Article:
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KELLY v. UNITED STATES

UNITED STATES DISTRICT COURT FOR THE NORTHERN DISTRICT OF ILLINOIS, EASTERN DIVISION


January 11, 1989

ANNA M. KELLY, Plaintiff,
v.
THE UNITED STATES OF AMERICA, Defendant

George M. Marovich, United States District Judge.

The opinion of the court was delivered by: MAROVICH

MEMORANDUM OPINION AND ORDER

GEORGE M. MAROVICH, UNITED STATES DISTRICT JUDGE.

 This case is before the court on the parties' cross motions for summary judgment. The facts are not in dispute. The legal issue is whether benefits received by plaintiff pursuant to 45 U.S.C. Section 797 of Title VII of the Regional Rail Reorganization Act of 1973 (as amended by the Northeast Rail Service Act of 1981 ("NERSA"), Pub L. No. 97-35, 95 Stat 643 (1981)), are taxable as ordinary income. The court holds that the benefits are subject to taxation; thus, plaintiff's motion for summary judgment is denied and defendant's cross-motion for summary judgment is granted.

 I. Background

 In 1982, plaintiff Anne Kelly received the sum of $ 20,000 as a lump sum termination benefit pursuant to 45 U.S.C. Section 797 of Title VII of the Regional Rail Reorganization Act of 1973 ("Title VII"). In May, 1984, the Railroad Retirement Board advised Kelly that the benefits were taxable. Plaintiff reported the benefits as income and paid the tax thereon in June, 1985 -- after an IRS audit. Plaintiff was ultimately assessed a total of $ 15,297.40 in tax, interest, and penalties on the $ 20,000 she received. Plaintiff filed a refund claim with the IRS which was denied. An administrative appeal of the claim was also denied.

 II. Analysis

 This case essentially involves a question of statutory interpretation. Plaintiff argues that the lump sum benefit she received is specifically exempted from taxation by Section 797d(b) of NERSA. That section states:

 

(b) Treatment of benefits

 

Any benefits received by an employee under an agreement entered into pursuant to section 797 of this title and any termination allowance received under section 797 of this title shall be considered compensation solely for purposes of --

 

(1) the Railroad Retirement Act of 1974 (45 U.S.C. 231 et seq.); and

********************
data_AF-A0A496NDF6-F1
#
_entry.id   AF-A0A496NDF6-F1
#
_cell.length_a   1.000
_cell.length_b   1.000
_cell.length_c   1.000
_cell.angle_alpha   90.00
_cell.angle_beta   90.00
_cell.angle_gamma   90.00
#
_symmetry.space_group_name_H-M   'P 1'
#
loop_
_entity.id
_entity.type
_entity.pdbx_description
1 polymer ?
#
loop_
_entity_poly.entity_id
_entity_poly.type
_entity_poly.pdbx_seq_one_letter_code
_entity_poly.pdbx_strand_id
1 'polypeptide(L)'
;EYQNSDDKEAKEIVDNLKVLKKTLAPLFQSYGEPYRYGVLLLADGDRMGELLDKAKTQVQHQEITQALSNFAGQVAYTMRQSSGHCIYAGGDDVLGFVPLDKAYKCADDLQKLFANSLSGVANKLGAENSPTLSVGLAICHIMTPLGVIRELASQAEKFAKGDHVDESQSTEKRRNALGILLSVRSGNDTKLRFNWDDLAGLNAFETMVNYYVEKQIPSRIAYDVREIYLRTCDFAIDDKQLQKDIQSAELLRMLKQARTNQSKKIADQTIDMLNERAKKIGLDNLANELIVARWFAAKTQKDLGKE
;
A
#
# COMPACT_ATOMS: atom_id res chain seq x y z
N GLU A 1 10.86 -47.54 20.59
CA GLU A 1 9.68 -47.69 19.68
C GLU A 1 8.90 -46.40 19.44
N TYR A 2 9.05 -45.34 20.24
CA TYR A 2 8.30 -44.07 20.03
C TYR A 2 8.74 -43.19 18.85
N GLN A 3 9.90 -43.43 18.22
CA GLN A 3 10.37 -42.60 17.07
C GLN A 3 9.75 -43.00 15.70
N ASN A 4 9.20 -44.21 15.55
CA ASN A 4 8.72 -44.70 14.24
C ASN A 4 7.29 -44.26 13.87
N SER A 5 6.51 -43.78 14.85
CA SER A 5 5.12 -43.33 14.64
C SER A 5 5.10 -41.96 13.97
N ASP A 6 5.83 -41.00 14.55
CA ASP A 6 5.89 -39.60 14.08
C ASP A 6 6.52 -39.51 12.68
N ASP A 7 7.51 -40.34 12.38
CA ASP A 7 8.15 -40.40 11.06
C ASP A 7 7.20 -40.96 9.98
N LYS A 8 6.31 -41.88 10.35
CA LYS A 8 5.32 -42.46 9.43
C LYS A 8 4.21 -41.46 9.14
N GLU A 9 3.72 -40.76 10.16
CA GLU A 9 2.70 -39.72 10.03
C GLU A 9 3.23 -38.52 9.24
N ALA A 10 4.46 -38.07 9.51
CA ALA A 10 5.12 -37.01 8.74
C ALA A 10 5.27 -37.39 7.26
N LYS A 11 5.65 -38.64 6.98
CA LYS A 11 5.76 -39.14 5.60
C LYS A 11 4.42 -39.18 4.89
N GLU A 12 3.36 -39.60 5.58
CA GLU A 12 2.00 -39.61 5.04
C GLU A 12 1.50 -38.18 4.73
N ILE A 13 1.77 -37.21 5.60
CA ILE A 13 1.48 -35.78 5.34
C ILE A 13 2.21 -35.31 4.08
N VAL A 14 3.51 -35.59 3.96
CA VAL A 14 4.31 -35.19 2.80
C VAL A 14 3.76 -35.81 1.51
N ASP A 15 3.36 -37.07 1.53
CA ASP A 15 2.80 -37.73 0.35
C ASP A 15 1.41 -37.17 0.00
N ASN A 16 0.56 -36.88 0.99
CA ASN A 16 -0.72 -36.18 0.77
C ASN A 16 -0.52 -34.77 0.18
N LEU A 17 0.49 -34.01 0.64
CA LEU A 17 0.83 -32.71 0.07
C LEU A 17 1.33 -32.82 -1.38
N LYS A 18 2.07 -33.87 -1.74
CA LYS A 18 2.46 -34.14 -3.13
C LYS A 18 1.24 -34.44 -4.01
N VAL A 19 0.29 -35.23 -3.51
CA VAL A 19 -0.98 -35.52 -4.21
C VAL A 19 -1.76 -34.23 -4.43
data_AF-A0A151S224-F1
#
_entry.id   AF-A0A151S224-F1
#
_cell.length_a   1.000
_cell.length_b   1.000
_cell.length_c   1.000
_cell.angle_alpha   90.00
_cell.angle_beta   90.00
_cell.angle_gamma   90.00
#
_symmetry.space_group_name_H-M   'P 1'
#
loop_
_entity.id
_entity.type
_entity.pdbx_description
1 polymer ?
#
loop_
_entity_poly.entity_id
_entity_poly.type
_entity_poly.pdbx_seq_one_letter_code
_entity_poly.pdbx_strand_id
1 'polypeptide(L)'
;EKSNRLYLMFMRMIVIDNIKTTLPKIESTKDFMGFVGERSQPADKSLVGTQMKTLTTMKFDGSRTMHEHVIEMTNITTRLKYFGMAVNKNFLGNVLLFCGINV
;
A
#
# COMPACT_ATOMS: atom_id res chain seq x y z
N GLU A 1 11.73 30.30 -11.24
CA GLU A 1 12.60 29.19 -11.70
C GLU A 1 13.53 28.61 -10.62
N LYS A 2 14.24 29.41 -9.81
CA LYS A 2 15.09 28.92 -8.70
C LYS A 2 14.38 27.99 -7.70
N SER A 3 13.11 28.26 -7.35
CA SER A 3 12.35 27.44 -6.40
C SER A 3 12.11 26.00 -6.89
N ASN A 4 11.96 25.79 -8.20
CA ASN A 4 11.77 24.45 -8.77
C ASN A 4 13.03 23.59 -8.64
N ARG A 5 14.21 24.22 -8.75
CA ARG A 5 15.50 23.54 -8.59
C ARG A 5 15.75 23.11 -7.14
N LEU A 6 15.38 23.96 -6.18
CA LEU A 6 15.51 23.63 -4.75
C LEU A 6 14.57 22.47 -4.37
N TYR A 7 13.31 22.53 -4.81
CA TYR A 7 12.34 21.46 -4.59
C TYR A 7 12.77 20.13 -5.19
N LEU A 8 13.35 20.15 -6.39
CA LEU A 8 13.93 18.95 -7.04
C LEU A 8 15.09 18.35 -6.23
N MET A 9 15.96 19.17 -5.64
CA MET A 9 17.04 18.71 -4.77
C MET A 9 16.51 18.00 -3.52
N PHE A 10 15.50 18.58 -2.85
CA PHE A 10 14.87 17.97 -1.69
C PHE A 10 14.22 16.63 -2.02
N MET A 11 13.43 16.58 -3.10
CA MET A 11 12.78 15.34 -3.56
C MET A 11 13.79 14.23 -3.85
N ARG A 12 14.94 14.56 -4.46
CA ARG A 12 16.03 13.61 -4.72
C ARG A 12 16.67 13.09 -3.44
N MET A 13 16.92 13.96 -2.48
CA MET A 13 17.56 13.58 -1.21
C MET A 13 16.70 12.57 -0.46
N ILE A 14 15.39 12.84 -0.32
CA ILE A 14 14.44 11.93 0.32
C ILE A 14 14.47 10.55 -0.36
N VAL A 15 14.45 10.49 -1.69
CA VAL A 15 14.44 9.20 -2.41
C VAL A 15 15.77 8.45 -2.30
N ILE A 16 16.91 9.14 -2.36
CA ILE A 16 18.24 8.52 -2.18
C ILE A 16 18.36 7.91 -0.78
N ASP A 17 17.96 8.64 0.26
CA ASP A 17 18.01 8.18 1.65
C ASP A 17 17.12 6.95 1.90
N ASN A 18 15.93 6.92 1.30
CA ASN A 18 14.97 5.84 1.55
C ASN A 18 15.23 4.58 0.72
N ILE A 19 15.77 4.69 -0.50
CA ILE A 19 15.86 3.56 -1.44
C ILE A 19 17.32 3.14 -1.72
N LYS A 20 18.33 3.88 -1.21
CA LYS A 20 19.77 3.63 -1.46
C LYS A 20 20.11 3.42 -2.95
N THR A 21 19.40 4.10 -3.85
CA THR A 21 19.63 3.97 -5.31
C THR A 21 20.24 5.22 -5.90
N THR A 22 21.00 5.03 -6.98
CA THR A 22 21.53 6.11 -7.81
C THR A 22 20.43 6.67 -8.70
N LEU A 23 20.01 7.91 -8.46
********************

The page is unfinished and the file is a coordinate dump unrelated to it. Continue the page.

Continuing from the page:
(2) determining the compensation received by such employee in any base year under the Railroad Unemployment Insurance Act (45 U.S.C. 351 et seq.).

 45 U.S.C. § 797d(b) (emphasis added).

 Plaintiff submits that the emphasized language exempts Title VII benefits from taxation under the Internal Revenue Code, 26 U.S.C. Sections 1, et seq. The government contends that the benefits are ordinary income subject to taxation and that the language in issue is not specific enough to constitute an exemption from taxation. The government's position has been adopted by two courts. In Herbert v. United States, 850 F.2d 32 (2d Cir. 1988), the Second Circuit reversed the district court and held that termination allowances must be included in gross income for federal income tax purposes because neither Section 797d(b) nor its legislative history evidenced a specific intent to exempt such allowances from income. The U.S. Tax Court has also reached the same result Martin v. Commissioner, 90 T.C. 1078, 90 T.C. No. 72 (1988).

 This court agrees with the reasoning of the Second Circuit in Herbert. Congress need not specifically include any payment as income for it to be subject to taxation. The Internal Revenue Code defines gross income broadly as "all income from whatever source derived." 26 U.S.C § 61(a) (1982). The Supreme Court gives real effect to this broad definition, recognizing an "intention of Congress to tax all gains except those specifically exempted." Commissioner v. Glenshaw Glass Co., 348 U.S. 426, 430, 99 L. Ed. 483, 75 S. Ct. 473 (1955).

 As to the effect of Section 767d(b), the Second Circuit:

 

fail[ed] to find in the language of § 797d(b) any specific exemption of [plaintiff's] separation allowance from federal income taxation. Though the plain language of § 797d(b) limits the circumstances in which the allowance shall be considered "compensation," the term "compensation" is not synonymous with the term "income." Rather, in tax statutes, the term "compensation" is often used to describe a kind of income, and is not used as a synonym for "income" itself.

 Herbert, supra, at 34-35.

 This court thus finds that the language of Section 797d(b) does not specifically exempt plaintiff's benefits from taxation. Further, this court agrees with the Second Circuit that the legislative history behind Section 797d(b) does not contain a clear congressional intent to exempt the benefits from federal income taxation. Plaintiff's benefits are therefore subject to taxation.

 Plaintiff additionally argues that even if she is obligated to pay taxes on her benefit sum, she should not be required to pay interest and penalty amounts. The court finds that interest and penalties are appropriate here where plaintiff failed to claim the benefit amounts as income until a year after she was informed of their taxable status and only after plaintiff had been selected for audit.

 DATED: January 11, 1989

19890111

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